Published on June 24th, 2010 | by Contributing Author0
Email Delivery: Understanding Response Rates
Our Email Delivery Manager Kiersti Esparza, recently contributed to our blog with Part 1 & 2 of our ongoing email deliverability information. Today she’ll be talking email response rates and what they all mean.
Even with the most engaged audience it would be nearly impossible to ever see a 100% open rate. A 70% rate would be incredible and a 20% open rate might not be bad at all! Maybe your recipient doesn’t have time in a particular day, or maybe they weren’t compelled by your subject line. Perhaps they filter personal email by businesses they frequent and wait until a weekend to look at it. Either way don’t despair, every business goes through this.
To top it all off if your recipient is viewing your email on a mobile device that only accepts text-based emails in most cases they will read the text version that won’t render an open. Remember, in order for the email to count as open, the images must have appeared and in the text version, they don’t.
If you are feeling that your open and click rates aren’t as high as they could be and your bounce rates don’t indicate any specific delivery issues, the issue is the engagement of your audience. You have to ask yourself a few questions:
- Is your content relevant to your subscribers?
- Did they sign up for mail from your balloon shop but are getting newsletters about your new florist business?
- Should you be segmenting your audience based on regional differences, gender, job title and messaging different parts of your audience with different content?
After a few campaigns you may want to email a follow up message the nonresponders differently, testing different offers to engage them. It’s pretty easy to target Responders (openers and clickers) or NonResponders (those who have done nothing) specifically.
- Are you sending too frequently?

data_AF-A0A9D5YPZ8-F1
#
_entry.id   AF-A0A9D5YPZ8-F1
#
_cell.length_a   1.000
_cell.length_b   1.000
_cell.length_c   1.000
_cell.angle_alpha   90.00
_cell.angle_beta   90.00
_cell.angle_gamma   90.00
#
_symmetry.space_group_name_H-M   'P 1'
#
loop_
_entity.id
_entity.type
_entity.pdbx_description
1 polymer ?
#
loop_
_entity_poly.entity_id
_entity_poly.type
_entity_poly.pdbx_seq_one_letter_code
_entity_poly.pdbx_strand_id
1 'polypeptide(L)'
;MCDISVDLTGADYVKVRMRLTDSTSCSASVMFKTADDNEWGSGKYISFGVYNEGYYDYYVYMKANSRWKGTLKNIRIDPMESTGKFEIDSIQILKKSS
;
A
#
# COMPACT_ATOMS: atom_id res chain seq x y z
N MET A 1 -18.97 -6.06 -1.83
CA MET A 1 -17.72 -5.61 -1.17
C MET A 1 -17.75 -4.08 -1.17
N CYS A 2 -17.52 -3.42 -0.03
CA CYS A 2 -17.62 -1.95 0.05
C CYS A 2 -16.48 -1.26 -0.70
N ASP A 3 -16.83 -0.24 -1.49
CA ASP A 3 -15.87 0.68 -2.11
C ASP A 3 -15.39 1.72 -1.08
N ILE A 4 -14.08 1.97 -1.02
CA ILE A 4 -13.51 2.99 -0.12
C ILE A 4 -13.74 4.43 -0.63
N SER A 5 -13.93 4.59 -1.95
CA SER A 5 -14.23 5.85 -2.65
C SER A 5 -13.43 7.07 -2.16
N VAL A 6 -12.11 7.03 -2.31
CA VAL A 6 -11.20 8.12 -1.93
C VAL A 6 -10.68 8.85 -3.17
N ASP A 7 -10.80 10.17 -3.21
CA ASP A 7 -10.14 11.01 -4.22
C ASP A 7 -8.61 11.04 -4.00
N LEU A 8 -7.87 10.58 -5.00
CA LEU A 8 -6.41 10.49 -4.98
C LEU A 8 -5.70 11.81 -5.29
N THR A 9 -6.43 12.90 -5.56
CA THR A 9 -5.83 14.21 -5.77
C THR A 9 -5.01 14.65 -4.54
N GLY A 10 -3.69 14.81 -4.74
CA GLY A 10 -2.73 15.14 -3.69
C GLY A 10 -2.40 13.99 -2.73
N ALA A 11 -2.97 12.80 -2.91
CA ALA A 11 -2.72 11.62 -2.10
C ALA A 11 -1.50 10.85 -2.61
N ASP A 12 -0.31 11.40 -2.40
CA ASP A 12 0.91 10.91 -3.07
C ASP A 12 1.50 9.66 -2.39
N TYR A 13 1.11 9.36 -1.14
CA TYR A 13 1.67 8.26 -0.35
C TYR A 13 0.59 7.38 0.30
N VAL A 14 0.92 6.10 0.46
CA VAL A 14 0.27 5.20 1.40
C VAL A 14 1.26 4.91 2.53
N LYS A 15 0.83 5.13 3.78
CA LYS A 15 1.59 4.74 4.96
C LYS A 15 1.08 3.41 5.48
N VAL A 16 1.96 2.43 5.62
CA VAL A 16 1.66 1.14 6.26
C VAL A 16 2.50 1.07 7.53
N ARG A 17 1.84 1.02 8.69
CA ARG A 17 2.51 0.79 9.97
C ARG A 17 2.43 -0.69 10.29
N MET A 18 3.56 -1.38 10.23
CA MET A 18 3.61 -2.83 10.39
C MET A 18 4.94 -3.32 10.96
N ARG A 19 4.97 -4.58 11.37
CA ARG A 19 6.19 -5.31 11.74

- Are you not sending frequently enough?
Remember if you start sending too many emails for the relationship you set up with them, your recipients may unsubscribe. Conversely, if you send less than monthly, you may want to increase your frequency to ensure your audience doesn’t forget they subscribed. Older lists will generate higher bounces and generally lower engagement rates because your recipient is less likely to open and click an email from a sender they don’t remember subscribing to.
- If your audience is primarily B2B where content filtering be more of an issue?
- Are you seeing open and click rates in some domains and not others?
Maybe some of the content recommendations above could be applied to your content. See Six Tips for Delivering B2B Email.
We suggest mailing to your new subscribers as soon as possible. Specifically send a Welcome message to set their expectations on content and the frequency of your mailings. This is a best practice for all email senders. Then the frequency of your newsletters should be just as you promised them when they signed up.
6 Tips for Delivering B2B Email
How Your Email Looks in Different Email Clients
Authentication, Reputation and Feeback Loops; What it All Means
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